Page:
A small grants program has funded such projects as a series of “Great Conversations” aimed at preserving the history of black Tuscaloosans in the civil rights struggle; a program that involves teachers and students in preserving the monarch butterfly; an experimental method of teaching algebra at the college level; a computer system designed to study species distribution in Alabama waterways; and an early-detection program designed to reduce the incidence of breast cancer among low-income women living in Tuscaloosa.
Grant proposals must include participants from at least two of the participating institutions. Eligible projects may include curriculum development, research, public service, and educational or cultural activities. Priority will be given to projects that will have a demonstrable positive impact on the Tuscaloosa community and/or promote cooperation among consortium members.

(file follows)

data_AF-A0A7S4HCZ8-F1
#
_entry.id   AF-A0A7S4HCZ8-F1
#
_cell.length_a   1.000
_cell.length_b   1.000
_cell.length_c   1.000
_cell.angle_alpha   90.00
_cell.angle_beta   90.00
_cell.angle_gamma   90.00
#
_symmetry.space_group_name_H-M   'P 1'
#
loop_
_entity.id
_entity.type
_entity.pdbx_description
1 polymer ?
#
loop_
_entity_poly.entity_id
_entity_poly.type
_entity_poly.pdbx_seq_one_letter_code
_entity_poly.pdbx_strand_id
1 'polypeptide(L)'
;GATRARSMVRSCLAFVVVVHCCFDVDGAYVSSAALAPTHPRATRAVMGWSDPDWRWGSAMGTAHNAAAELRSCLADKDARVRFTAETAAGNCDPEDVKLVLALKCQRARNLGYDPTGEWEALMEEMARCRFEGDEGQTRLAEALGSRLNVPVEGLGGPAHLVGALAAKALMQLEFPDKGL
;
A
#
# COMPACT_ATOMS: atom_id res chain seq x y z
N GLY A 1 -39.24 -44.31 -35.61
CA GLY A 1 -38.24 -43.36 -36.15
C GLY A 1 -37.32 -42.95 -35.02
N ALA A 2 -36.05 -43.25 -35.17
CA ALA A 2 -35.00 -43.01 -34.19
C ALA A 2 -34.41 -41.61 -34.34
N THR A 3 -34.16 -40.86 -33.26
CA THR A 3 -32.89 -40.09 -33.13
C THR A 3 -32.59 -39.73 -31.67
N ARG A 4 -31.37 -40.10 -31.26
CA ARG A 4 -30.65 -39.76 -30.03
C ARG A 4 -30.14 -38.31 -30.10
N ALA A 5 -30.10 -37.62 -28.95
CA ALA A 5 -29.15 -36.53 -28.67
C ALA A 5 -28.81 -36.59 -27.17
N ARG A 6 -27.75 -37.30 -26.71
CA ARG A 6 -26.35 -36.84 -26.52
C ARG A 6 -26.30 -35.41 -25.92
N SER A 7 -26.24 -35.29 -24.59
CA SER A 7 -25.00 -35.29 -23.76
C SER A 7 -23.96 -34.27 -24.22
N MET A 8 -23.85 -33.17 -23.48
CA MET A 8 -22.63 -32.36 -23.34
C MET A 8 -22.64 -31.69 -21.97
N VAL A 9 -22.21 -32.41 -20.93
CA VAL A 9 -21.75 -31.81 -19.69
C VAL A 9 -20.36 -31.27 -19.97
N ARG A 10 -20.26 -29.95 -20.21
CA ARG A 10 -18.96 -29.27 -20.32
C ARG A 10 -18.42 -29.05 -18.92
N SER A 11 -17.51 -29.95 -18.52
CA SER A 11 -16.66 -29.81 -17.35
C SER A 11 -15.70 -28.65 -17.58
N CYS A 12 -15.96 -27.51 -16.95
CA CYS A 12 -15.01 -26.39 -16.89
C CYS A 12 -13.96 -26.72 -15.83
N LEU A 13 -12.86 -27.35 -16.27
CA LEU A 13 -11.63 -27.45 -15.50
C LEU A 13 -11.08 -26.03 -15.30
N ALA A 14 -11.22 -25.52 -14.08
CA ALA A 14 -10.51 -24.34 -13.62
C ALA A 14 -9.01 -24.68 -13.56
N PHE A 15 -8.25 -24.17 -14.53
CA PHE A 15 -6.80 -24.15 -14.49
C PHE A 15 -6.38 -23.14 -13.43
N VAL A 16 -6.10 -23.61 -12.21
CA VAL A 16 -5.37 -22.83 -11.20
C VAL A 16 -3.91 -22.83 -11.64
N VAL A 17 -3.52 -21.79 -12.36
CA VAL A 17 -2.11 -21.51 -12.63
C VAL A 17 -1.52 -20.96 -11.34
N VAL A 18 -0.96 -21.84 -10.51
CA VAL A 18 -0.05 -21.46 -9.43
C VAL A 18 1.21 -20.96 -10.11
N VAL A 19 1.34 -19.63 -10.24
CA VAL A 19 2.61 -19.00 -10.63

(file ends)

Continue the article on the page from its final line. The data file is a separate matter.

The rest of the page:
In addition to the grants program, the participants have engaged in joint curriculum development designed to enhance program availability for all students. Joint honors courses for Stillman and UA students, a collaborative RN/BSN program between Shelton State and UA, and collaborative summer study-abroad programs are a few examples of these highly successful joint ventures.
We believe this partnership of a public flagship research university, an historically black college, and a community college — all in a single community — is truly unique.